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Two decades later, we're still no closer to the truth about Sophie

December 30th, 2016 11:50 AM

By Southern Star Team

The scene in December 1996, as gardaí began the murder investigation.

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1991: The English journalist, Ian Bailey, moves to West Cork, where he meets and sets up home with the artist, Jules Thomas.

1993:  The French film producer, Sophie Toscan du Plantier buys a holiday home, a retreat, at Toormore, near Schull.

1995: Chris and Marie Farrell move to Schull from Glanmire near Cork, and open a craft shop and ice cream parlour.

1996, December 20th: Sophie Toscan du Plantier flies from Paris to Cork to visit her cottage on her own.

1996, December 23rd: The battered body of the 39-year old film producer is found by her neighbour at the end of the lane leading to her home and an investigation under Supt JP Twomey of Bantry Garda Station commences. 

1996, December 24th: The State pathologist takes 24 hours to arrive, which means the time of death cannot be established. The murder weapon – a brick – is found by Sophie’s body but it offers no forensic evidence.

1997, January 11th: Marie Farrell, using the name ‘Fiona’, makes the first of several calls to the garda station claiming she saw a man by Kealfadda Bridge around 3am on the night that Sophie Toscan du Plantier was murdered.

1997, January 24th: Marie Farrell makes a third phone call to the gardaí declining to attend Bandon Garda Station, but the gardaí trace the call to her home in Schull.

1997, February 4th: A local schoolboy, Malachi Reid, claims that Ian Bailey told him that he had killed Sophie Toscan du Plantier.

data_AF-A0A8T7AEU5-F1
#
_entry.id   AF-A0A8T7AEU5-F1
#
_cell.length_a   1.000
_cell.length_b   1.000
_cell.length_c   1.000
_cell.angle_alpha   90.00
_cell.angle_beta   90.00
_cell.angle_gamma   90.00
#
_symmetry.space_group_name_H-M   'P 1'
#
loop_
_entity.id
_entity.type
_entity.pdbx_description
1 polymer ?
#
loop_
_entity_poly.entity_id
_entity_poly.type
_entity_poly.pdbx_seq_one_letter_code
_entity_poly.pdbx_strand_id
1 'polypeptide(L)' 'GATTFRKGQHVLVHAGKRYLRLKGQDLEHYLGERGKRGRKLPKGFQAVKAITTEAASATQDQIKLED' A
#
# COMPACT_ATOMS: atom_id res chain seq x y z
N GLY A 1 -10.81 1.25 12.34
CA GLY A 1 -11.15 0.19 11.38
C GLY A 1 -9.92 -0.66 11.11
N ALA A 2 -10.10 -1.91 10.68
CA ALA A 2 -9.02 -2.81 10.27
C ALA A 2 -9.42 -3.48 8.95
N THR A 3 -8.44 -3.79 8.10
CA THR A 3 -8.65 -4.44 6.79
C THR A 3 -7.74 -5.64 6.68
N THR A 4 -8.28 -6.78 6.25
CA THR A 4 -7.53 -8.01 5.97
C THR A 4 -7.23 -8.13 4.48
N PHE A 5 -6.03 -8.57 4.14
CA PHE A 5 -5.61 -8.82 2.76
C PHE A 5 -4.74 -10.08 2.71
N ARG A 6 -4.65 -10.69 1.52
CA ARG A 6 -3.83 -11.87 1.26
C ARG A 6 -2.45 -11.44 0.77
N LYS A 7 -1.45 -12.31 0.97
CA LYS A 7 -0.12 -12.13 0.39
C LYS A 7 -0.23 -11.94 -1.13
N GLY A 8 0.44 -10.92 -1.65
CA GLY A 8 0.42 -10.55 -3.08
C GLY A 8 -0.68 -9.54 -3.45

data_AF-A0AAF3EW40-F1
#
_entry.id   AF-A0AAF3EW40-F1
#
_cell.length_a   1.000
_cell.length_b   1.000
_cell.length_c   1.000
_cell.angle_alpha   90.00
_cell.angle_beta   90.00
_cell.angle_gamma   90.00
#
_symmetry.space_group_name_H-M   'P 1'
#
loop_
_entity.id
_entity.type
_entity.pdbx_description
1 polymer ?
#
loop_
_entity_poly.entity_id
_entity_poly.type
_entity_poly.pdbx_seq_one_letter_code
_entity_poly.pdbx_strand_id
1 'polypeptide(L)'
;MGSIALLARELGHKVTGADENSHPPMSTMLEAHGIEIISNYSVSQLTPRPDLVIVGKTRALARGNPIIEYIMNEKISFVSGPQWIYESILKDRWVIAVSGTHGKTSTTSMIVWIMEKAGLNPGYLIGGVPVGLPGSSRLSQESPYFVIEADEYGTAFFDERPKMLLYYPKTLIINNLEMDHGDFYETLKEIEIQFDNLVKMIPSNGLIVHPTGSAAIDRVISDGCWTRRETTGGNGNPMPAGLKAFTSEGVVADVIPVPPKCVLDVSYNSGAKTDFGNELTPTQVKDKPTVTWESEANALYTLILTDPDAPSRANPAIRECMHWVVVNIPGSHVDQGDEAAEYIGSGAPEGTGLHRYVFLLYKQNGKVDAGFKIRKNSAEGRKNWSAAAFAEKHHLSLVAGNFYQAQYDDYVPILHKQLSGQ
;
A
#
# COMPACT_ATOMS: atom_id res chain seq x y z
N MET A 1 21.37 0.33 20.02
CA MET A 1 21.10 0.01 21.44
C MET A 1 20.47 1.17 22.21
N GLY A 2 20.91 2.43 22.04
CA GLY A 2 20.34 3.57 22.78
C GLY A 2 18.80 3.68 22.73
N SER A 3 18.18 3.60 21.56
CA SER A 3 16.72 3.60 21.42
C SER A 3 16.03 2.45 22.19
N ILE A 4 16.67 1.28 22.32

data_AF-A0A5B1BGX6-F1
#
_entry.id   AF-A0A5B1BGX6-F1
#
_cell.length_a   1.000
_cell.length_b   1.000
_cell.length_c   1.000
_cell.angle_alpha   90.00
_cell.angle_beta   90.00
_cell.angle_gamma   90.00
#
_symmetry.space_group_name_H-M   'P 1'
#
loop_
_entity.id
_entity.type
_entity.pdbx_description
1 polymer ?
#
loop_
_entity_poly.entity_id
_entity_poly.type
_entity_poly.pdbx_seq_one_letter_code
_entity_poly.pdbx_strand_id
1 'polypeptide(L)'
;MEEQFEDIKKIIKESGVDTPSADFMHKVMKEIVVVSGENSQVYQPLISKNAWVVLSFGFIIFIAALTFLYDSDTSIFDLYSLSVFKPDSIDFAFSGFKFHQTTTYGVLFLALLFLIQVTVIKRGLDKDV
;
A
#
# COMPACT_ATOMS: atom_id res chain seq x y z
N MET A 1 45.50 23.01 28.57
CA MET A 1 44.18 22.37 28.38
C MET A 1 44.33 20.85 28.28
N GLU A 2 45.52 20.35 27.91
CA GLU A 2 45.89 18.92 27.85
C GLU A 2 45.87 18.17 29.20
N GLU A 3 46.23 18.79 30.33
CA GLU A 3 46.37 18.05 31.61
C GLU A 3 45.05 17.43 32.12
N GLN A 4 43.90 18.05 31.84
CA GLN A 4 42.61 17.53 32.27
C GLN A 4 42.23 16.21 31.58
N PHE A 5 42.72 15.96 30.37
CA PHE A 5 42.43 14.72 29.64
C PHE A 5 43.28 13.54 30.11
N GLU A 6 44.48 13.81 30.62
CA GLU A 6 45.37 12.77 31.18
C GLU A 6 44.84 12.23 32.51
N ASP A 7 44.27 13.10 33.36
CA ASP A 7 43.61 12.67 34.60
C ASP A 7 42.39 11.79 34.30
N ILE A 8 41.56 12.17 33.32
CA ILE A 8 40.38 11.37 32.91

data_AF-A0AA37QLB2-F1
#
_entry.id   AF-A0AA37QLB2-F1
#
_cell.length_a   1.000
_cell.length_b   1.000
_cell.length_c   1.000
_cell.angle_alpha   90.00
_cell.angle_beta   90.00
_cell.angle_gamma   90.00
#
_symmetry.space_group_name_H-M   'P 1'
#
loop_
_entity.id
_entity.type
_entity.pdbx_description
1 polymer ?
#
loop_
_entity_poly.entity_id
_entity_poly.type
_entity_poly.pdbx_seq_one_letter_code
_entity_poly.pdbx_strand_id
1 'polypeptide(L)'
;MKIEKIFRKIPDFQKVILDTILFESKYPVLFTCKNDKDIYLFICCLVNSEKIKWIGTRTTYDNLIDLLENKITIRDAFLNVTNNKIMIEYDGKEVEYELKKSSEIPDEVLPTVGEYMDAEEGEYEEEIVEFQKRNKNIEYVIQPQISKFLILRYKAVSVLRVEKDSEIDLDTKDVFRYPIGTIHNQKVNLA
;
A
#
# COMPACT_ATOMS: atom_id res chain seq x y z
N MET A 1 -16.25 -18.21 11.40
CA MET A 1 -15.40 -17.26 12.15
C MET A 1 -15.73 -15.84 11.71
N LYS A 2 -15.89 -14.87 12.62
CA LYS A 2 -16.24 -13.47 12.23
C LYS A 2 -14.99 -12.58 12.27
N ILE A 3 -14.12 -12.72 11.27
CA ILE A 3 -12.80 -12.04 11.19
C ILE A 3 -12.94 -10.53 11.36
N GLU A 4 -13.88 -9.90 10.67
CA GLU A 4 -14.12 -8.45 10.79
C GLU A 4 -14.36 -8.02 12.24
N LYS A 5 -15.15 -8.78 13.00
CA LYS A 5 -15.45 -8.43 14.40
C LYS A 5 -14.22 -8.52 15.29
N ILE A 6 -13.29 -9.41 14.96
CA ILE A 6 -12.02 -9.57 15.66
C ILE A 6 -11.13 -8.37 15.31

1997, February 10th: Six days later, Ian Bailey is arrested for the murder and taken to Bandon Garda Station, but is released without charge. His partner, Jules Thomas, is also arrested but she, too, is released without charge.

1997, April 17th: At an inquest, Dr John Harbison, the then State pathologist, says Sophie Toscan du Plantier died from multiple injuries, including laceration of the brain and a fracture of the skull, caused by a blunt instrument.

1997, September 29th: State Solicitor Malachy Boohig sends a 2,000-page file on the murder to the DPP, but no charges are brought.

1997, December: In the Dáil, the Minister for Justice John O’Donoghue confirms that the French authorities have requested assistance in the case, but it was declined on the basis that it might prejudice the garda investigation.

1998, January 27th: Ian Bailey is arrested again and released again without charge.

2000, September 22nd: Jules Thomas is arrested a second time but is released without charge.

2001, August 18th: For an assault on Jules Thomas at their home, Ian Bailey receives a three-month suspended sentence at Skibbereen District Court. 

2001, November: Robert Sheehan, a solicitor at the DPP’s office, writes a critical analysis of the Garda evidence in the case and concludes that the evidence did not warrant a prosecution.

2002, January: Commissioner Pat Byrne appoints a review team under Chief Supt Austin McNally to examine the Garda investigation.

2002, December 19th: Sophie Toscan du Plantier’s parents and her son initiate a civil action against Ian Bailey for her wrongful death.

2003, March: A new file is submitted to the DPP but the Director of Public Prosecutions declines to issues charges on the grounds of lack of evidence.

2003, December: Ian Bailey sues eight newspapers. He loses six of the eight cases but succeeds in his action against two of the papers.

2005: April: Marie Farrell alleges that the gardaí coerced her into making the statement, claiming she saw Ian Bailey at Kealfadda Bridge on the night Sophie was murdered.